CD Review: THE PRINCE OF BROADWAY (Original Broadway Cast Recording)

by Tony Frankel on May 22, 2018

in CD-DVD,Theater-New York

Post image for CD Review: THE PRINCE OF BROADWAY (Original Broadway Cast Recording)

CELEBRATING BROADWAY ROYALTY

When I tell you that the Original Broadway Cast Recording of the revue covering Harold Prince’s oeuvre mostly works, it’s an enormous compliment. For here you have seven decades of the most voluminous career in the American Musical Theater crammed into one evening’s entertainment. Taking into account that Prince has produced or directed over 40 Broadway shows which encompass well over 800 songs and thousands of backstage anecdotes, where does one begin? The arrangements. Sure, insights into Prince’s vision and choices can certainly introduce and string numbers along, but this is a CD, so we don’t get the stories or representational costumes and sets, just the vocals and arrangements. Here’s a huge thanks for Prince disciple Jason Robert Brown, who was introduced to Prince by daughter Daisy, who directed Brown’s cabaret “Songs for a New World” before Brown moved over to the Prince of Broadway for Parade, which is represented in this nine-hander by “This Is Not over Yet.”

Jule Styne would be proud of Brown’s overture (co-orchestrated by Charlie Rosen): Gene Krupa-esque drums, big band panache, classical strings, and those trademark Brown rhythms offer famous tunes that blend effortlessly into each other with liquidity. Then we’re into “Heart” from Damn Yankees, which is just as, if not more, thrilling than any recording that came before (music direction by Fred Lassen). And as many times as we’ve heard the iconic “Tonight” from West Side Story, Kaley Ann Voorhees and Broadway superstar Tony Yazbeck (who later gets startlingly fresh orchestrations and tap moves for Buddy’s “The Right Girl” dance from Follies) can’t possibly be more achingly sweet. And when Brandon Uranowitz does a great comic take on “Tonight at Eight” from She Loves Me, discerning Broadway aficionados will notice an arc developing in the tunes — it’s how Prince develops a show told through the songs from those shows.

We also get a lesser-known tune (at least to OCB neophytes and certain millennials) given dynamite treatment: “You’ve Got Possibilities” from the unfortunate flop It’s a Bird… It’s a Plane… It’s Superman (written by Bye Bye Birdie‘s Charles Strouse and Lee Adams in 1966); it’s sheer delight done by Janet Dacal and Michael Xavier. When you hear this, you may wonder why we didn’t get more of these instead of The Phantom of the Opera perennial chestnuts “Wishing You Were Somehow Here Again” and “The Music of the Night” — hasn’t that show gotten enough exposure already? And as wonderful as Dacal’s “Don’t Cry for Me, Argentina” is, I don’t get why bookwriter David Thompson and directors Prince and Susan Stroman didn’t trust less overdone tunes to get their point across. (Still, Bryonha Marie Parham nails “Cabaret” magnificently, and Xavier, who just doesn’t top Dean Jones or Raúl Esparza’s versions, gives emotional heft to “Being Alive.”)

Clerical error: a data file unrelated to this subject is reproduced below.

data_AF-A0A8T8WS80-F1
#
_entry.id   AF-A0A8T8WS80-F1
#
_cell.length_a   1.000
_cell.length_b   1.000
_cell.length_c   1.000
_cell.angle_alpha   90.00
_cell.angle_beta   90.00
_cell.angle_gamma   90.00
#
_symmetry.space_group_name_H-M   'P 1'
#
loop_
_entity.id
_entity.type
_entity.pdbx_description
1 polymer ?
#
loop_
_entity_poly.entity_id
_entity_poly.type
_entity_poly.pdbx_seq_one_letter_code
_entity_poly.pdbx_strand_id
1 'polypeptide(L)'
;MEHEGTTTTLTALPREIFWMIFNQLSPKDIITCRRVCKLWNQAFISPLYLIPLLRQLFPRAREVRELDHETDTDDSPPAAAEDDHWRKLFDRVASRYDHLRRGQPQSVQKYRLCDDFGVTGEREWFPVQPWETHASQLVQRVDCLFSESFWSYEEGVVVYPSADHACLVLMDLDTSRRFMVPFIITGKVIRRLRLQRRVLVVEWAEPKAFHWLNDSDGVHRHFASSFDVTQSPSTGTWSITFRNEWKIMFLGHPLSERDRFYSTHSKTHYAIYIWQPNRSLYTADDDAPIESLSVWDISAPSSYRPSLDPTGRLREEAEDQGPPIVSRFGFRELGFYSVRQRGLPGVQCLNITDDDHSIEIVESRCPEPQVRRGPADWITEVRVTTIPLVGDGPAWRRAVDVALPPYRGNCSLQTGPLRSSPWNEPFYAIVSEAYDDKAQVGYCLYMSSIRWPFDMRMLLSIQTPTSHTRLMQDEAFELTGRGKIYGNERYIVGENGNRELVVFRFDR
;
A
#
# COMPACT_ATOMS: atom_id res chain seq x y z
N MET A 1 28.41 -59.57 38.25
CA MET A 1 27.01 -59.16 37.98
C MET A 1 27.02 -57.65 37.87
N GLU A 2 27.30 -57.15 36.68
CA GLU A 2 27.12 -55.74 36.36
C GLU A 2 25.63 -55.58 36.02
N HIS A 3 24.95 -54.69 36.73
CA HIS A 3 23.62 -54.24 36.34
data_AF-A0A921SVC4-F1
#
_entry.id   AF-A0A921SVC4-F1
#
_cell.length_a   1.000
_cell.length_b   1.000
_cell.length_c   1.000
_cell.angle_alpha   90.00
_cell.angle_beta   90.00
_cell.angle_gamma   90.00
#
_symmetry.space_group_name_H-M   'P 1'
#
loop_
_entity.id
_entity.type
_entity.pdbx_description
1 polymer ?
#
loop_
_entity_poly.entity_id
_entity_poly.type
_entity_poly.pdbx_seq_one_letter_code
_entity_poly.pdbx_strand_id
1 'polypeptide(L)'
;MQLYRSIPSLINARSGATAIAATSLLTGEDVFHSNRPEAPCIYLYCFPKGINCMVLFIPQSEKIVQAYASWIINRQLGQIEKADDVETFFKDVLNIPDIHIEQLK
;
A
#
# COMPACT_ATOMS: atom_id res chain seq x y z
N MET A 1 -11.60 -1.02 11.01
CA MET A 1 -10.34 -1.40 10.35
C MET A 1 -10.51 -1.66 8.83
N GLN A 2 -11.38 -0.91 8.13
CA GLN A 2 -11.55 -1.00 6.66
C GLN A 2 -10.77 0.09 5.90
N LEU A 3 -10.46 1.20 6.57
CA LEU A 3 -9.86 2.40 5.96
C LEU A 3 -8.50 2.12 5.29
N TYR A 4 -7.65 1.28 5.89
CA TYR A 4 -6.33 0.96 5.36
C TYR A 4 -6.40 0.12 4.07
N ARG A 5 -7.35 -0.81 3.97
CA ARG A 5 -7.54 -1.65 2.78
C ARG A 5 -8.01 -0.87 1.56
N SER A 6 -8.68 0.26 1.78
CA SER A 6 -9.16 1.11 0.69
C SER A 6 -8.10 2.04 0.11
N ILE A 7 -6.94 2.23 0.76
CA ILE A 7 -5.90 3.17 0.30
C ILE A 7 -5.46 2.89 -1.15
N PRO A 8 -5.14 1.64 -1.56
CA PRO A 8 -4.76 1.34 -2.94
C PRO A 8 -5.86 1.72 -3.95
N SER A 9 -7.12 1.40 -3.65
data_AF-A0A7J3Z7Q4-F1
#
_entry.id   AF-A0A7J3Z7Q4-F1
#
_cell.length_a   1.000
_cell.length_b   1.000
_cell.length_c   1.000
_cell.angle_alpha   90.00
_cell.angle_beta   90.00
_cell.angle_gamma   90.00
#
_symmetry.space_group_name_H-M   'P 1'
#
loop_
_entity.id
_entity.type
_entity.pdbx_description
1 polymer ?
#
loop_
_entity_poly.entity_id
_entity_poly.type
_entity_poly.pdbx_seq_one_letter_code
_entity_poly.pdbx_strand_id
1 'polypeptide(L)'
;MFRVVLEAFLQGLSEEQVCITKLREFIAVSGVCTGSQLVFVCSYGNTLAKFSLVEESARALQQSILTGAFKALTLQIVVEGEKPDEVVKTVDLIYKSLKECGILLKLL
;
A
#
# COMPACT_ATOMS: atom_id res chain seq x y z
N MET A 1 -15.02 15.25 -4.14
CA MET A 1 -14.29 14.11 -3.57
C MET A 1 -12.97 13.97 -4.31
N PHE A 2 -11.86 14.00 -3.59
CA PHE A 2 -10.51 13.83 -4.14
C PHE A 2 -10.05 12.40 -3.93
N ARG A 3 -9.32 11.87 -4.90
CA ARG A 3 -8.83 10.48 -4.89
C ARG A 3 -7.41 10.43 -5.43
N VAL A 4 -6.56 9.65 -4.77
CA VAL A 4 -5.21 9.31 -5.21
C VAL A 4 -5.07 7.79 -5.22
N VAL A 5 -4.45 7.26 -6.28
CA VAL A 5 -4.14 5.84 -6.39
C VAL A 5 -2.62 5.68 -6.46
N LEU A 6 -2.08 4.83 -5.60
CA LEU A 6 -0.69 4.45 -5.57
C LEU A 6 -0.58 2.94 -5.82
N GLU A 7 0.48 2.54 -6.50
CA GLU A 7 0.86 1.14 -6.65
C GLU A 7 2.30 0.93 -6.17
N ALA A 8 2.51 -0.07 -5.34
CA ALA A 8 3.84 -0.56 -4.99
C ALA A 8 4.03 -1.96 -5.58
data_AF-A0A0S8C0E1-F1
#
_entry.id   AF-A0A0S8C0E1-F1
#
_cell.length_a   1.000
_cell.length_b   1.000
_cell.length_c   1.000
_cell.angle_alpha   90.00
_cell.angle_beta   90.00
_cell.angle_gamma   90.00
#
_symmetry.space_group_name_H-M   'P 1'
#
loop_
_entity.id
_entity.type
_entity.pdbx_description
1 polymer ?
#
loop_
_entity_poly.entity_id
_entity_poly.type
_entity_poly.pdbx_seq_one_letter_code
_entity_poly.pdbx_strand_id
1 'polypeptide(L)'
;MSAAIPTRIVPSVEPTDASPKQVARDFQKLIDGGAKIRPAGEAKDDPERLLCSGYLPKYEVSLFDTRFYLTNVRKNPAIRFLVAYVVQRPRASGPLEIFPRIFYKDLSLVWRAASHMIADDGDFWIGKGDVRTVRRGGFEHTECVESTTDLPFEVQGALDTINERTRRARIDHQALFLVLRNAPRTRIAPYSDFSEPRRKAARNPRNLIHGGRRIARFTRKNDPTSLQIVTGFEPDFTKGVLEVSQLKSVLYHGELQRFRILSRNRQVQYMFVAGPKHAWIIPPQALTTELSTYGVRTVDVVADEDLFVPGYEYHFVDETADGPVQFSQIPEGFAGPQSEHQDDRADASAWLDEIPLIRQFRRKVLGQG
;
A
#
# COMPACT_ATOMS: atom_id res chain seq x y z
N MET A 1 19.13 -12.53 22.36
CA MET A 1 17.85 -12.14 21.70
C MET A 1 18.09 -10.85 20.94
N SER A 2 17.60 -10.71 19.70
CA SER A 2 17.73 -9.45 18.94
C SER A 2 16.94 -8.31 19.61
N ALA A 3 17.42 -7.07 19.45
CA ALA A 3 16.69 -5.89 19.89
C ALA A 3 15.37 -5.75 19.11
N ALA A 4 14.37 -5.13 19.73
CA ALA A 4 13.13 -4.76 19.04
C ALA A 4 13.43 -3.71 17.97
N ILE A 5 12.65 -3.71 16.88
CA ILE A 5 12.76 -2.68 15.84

On it goes for 22 tracks and 75 minutes through standards (Chuck Cooper’s forceful “Ol’ Man River” from Showboat) to warhorses (Cooper’s Arabic-more-than-Jewish “If I Were a Rich Man” from Fiddler), Sondheim favorites (Emily Skinner’s lacerating, raw “The Ladies Who Lunch” from Company), and emotional powerhouses (Karen Ziemba’s character-driven “So What?” from Cabaret).

And while I love Skinner’s take (and Brown and Michael B. Nelson’s swingin’ hot jazzy orchestrations) on “Now You Know” — from Merrily We Roll Along, that other unfortunate flop which gets better with every new revision — when is someone going to put the original lyrics back in? “I mean, socks have holes / I mean, roads have bumps / They make meatheads champs / And nice guys chumps / I mean, even cream of wheat has lumps.”

The show’s only original tune comes courtesy of Brown, who came up with a bouncing, brash, syncopated, Broadway rouser that could’ve used less on-the-nose lyrics about getting the job done in “Do the Work.” It’s highly improbable that any one revue can truly encompass Prince’s contributions, but all-in-all, this is a fitting tribute.

photos by Matthew Murphy

Prince of Broadway
Original Broadway Cast Recording
Ghostlight Records
16-page color booklet | 22 tracks | 74:46
released April 20, 2018
available at Ghostlight and Amazon

for more info, visit Prince of Broadway

Leave a Comment